596 acres, 50,000 residents, $4 billion dollars and even a 1,500-boat marina: Everything about the proposed Chicago Lakeside Development, developer Dan McCaffery's massive micro-city being built at the former site of the U.S. Steel Southworks Plant, is on a different scale. It follows that the design process for this mixed-use project requires a different set of tools, in this case, LakeSim, an advanced computer modeling program. Developed as part of a collaboration between the University of Chicago, Argonne National Laboratory, Skidmore, Owings & Merrill and McCaffery Interests, this program functions like a customized SimCity, analyzing and simulating weather, traffic patterns and energy usage to help architects and designers plan for a site that may eventually contain more than 500 buildings.
"A lot of the Big Data approaches tend to be statistical in nature, looking at past data," says Argonne scientist Jonathan Ozik. "We're modeling a complex system of interactive components, running the data forward, so what we end up having is your SimCity analogy, energy systems interacting, vehicles and people moving. What we're doing here is using a complex systems approach to tackle the problem."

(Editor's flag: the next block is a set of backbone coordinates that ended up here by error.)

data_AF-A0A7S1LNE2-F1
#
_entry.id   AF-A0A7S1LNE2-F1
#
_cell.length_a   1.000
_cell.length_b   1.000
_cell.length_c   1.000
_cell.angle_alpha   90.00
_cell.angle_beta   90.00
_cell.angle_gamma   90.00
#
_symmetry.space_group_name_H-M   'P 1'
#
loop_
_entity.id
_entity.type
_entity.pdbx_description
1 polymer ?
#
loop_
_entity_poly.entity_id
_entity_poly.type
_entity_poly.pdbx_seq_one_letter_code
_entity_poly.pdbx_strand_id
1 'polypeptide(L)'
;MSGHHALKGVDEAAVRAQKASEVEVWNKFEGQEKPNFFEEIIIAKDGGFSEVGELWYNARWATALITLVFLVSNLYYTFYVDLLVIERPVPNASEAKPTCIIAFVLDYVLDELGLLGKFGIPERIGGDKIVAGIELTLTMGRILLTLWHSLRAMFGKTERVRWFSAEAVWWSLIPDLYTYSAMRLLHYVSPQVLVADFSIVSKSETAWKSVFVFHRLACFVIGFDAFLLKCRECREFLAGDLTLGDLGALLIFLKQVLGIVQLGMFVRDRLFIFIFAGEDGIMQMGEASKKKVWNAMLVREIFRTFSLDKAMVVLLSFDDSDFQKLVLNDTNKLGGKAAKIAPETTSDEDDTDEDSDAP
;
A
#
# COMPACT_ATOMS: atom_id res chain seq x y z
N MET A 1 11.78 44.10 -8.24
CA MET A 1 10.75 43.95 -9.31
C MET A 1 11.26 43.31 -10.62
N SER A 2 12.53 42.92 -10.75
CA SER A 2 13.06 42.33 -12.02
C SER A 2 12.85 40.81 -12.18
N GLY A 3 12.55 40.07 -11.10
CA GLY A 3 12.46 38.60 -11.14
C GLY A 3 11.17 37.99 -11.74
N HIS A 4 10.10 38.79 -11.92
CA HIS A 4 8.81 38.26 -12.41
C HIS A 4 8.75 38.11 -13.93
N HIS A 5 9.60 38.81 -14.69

According to Ed Woodbury, President of McCaffery Interests, the program will be valuable going forward, as the master plan evolves and adjusts.
"As we figure out what makes the most sense to develop on site, LakeSim will help us determine the right size and shape of the infrastructure," he says.
The challenge for planners is predicting how so many different systems and variables will interact. LakeSim gives them a framework to analyze these systems over long timelines and run millions of scenarios much quicker than past models — hours as opposed to days — asking "hundreds of questions at once," according to Ozik. The program is a step forward from similar modeling software, especially valuable at a site that in most respects is being built from scratch.
"There's no infrastructure there whatsoever," says Bo Rodda, an Art Institute teacher and University of Chicago research fellow working on LakeSim. "What do we build now and later is an interesting question. What if we have our own smart grid for the site, how do we do that, how do we do solar panels or wind power? Do you need to build your own power plant? We want to know the exposure and what needs investment now."
Developed over the last year and a half, the LakeSim program contains different engines that simulate factors such as weather, traffic and energy consumption. As one engine produces data, it can be factored into the calculations for another engine, part of the holistic approach Ozik and Rodda feels allows them to develop a better, faster model for solving challenging questions.
"The city is the most complex thing there is," says Rodda.